12 May Voting with money?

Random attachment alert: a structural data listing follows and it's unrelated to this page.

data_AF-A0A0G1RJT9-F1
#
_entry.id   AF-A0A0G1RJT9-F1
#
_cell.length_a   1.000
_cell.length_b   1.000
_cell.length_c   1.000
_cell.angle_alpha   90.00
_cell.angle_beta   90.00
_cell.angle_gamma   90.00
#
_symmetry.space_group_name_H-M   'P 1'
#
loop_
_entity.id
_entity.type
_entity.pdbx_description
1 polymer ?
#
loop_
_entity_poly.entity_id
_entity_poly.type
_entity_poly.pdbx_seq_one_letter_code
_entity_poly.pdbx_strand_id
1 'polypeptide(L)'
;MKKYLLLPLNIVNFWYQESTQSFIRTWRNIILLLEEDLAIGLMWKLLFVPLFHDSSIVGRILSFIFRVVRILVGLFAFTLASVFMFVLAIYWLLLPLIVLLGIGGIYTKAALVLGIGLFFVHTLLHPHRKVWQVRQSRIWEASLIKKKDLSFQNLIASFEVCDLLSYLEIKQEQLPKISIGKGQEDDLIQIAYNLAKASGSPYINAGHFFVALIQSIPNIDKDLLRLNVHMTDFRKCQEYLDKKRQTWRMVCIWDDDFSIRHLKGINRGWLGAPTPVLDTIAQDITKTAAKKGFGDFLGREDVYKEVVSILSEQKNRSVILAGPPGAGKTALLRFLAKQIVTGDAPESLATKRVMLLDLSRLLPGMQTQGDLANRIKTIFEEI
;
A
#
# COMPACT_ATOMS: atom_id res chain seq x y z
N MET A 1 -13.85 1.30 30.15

After our sit down with The Good Farm for the happy hour podcast, the GCFL crew took a moment, cracked some local brews and discussed further the implications of the buy local challenge coming in August. We all agreed that by purchasing local goods and services we not only are able to reinvest in our community, but that the quality of those products would be able to be monitored in such a way that would guarantee satisfaction. You feel safer buying locally because the product comes from a place you trust. The conversation jogged memories from years past in which I felt compelled to use my hard earned money to support certain people, places, or things that I felt were inherently valuable. Any concert or show would always have me coming home with T-shirts, stickers, or more importantly CD’s. I say that CD’s are important because the offer from friends was always “I’ll burn you a copy”. Being a former user of Napster, Kazaa, Bit torrent and everything in between I’ll tell you I am no saint when it comes to “borrowing” my music, but for some reason one day I realized that it was more important for me to shell out the $15 to buy a cd from an artist instead of downloading or burning a copy for free. Fast forward to the last year and I’ve found myself plunged head first into the world of craft brewing. I found myself enjoying craft beer for a few years already, however I didn’t understand the economics of the beer world. Craft beer despite it’s surge in the past few years remains a scrappy fighter and holds only a fraction of the market share for domestic beer sales. As I realized the work that goes into producing and distributing hand crafter beer and why that was important I firmly decided to swear off of Anheuser Busch and Miller Coors purchases. My old habits started making sense to me. While buying local is an important concept it is hard to implicate across the spectrum of products. What is more important is to understand the democratic nature of spending our money. By voting with your dollar you effectively express your opinion in a way that has a true impact on how our world works. Over the next couple months you will hear about the build up to the buy local challenge. We should all do what we can to support local business and products that we know are manufactured in our best interest. Bryan Brushmiller at Burley Oak isn’t accountable to shareholders, and Christie at The Good Farm isn’t worried about going public. Find the people and things that matter to you and support them with patronage. Hopefully soon we will have a way to support ourselves with the things that are conceived and produced locally, but until then VOTE WITH YOUR DOLLAR.